When world's fastest man was killed in Loch Ness speedboat crash

Former racing driver John Cobb was trying to become the fastest man on land and water.

John Cobb: When world’s fastest man was killed in Loch Ness speedboat crash Getty Images

John Cobb was a racing driver who wanted to be the fastest person on land and water.

He had previously set the world land-speed record three times when he took to Loch Ness in 1952.

Reaching speeds of more than 200mph, Cobb was killed when his jet-powered speedboat effectively disintegrated around him.

To mark the 70th anniversary of his death, a special two-day exhibition will retell his story this weekend.

Who was John Cobb?

Born near the Brooklands racing track in Surrey in 1899, Cobb won his first race there in 1925, driving a Fiat.

The son of a wealthy furs broker, he worked in his father’s firm and used the money he made to fund his passion for motor racing.

After a number of successes on the track, Cobb turned his attention to setting the land-speed record.

How fast did he go?

Cobb became the fastest man on land three times, in 1938, 1939 and 1947.

All the records were set at Bonneville salt flats, an area near Utah that was marked out for motorsport.

Driving a piston-engined Railton Special, he set the first record at 350mph, before hitting 369mph a year later.

His attempts were interrupted by the Second World War, when he served as an RAF pilot, before he returned to Bonneville to drive at 394mph in 1947.

Cobb remained the fastest man on land until his record was broken in 1963.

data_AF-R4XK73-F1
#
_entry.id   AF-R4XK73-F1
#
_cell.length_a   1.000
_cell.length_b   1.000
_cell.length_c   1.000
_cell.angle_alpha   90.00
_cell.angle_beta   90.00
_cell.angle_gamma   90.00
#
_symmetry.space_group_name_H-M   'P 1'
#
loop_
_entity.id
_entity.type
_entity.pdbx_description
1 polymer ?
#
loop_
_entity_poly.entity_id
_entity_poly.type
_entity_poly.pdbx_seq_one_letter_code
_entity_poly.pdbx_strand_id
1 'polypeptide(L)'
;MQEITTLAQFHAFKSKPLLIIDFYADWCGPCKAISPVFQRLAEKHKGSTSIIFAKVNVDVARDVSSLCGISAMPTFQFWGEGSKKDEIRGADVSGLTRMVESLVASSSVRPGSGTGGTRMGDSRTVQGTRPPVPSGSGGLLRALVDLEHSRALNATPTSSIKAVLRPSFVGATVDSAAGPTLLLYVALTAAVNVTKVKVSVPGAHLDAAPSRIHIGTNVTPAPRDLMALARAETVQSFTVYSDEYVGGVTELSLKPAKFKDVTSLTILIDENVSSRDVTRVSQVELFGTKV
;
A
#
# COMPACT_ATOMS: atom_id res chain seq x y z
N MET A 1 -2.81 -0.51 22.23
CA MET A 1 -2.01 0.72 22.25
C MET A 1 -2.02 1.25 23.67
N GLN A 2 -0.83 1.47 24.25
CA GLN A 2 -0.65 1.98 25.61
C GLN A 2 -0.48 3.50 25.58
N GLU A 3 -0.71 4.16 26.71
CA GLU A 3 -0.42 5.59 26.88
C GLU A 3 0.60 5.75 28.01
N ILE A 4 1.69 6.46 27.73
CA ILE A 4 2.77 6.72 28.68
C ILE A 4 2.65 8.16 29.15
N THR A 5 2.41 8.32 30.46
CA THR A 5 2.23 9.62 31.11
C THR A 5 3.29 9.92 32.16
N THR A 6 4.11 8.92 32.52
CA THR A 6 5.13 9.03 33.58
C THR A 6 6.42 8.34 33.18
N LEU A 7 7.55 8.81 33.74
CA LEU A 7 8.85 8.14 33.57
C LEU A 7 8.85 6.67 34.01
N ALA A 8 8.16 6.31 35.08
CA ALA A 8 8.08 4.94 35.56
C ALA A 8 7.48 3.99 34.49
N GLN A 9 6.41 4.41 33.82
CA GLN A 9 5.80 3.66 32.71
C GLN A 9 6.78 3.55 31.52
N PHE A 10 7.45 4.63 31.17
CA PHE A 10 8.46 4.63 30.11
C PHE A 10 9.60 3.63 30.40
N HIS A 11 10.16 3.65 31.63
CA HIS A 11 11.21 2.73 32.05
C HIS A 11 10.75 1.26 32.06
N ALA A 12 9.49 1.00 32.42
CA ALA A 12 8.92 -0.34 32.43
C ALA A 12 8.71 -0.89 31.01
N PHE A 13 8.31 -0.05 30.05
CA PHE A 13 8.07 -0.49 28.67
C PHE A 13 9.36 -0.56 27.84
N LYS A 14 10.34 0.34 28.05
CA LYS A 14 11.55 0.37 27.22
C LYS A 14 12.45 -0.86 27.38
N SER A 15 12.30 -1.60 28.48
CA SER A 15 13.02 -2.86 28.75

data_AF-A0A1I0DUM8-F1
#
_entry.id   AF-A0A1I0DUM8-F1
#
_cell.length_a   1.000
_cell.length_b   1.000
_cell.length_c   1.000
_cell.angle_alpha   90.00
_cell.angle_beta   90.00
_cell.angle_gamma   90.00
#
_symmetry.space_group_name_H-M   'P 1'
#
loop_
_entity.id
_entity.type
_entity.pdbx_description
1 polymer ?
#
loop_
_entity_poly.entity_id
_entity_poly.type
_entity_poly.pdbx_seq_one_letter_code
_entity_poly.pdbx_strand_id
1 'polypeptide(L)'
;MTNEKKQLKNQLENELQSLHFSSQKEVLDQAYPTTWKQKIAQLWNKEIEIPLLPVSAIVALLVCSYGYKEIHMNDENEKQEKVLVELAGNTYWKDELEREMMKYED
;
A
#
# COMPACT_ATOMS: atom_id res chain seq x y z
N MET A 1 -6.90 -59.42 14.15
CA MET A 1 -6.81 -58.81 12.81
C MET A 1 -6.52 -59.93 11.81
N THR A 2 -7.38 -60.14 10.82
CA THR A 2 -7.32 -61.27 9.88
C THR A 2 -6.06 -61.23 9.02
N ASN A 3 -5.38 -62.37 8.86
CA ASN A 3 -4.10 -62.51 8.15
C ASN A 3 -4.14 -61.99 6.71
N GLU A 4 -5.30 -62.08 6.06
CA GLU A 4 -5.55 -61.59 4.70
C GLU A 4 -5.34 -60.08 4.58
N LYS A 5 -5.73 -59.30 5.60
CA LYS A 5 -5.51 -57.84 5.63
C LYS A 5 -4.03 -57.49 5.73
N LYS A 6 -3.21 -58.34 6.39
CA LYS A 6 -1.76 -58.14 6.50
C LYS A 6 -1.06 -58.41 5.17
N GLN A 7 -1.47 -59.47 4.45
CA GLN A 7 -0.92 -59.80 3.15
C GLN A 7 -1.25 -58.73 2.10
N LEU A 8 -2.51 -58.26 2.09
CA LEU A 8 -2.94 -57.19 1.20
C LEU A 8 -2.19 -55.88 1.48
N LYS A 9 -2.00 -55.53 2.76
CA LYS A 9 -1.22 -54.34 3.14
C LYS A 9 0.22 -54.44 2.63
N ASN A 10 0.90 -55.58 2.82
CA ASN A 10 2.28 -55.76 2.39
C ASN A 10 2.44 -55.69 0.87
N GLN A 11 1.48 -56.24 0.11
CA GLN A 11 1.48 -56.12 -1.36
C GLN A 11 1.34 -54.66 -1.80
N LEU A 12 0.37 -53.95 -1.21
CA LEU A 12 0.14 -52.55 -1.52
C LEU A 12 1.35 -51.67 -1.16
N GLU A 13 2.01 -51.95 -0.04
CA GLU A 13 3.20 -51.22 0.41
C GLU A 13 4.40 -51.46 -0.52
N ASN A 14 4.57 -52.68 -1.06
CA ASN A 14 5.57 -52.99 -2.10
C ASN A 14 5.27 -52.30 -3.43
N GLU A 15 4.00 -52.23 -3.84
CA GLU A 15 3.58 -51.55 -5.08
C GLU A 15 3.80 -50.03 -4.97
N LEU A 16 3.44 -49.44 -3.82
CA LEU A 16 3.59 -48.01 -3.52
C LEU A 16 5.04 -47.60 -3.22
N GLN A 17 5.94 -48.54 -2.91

Tragedy on water

After setting his third land record, Cobb decided to try reaching extreme speeds on water.

He commissioned a jet-powered speedboat called Crusader and selected Loch Ness as the venue for the attempt.

Following a failure ten days earlier, Cobb returned to the water on September 29, 1952, and was tragically killed during his first attempt when the boat hit a wake and disintegrated around him.

The speedster’s body was thrown 50 yards beyond the wreckage.

Even though the timekeeper’s log stated a new record speed of 206.89mph, it didn’t count because no second run could be made.

Theories put forward include one that the Crusader’s engine exploded, that Cobb reduced speed too quickly, or that ripples produced by another boat or a current made it bounce.

What happened next?

Thousands lined the streets of Inverness on October 1, 1952 to bid farewell to Cobb as a hearse carrying his body left the Royal Northern Infirmary.

He was taken to Surrey and buried at Christ Church in Esher.

Crusasder’s remains were located on the bed of Loch Ness in 2002 at a depth of 656ft and the site was given official protection as a ‘scheduled monument’ three years later.

An exhibition, entitled Remembering John Cobb, will be held at Glen Urquhart Hall in Drumnadrochit on Friday and Saturday.

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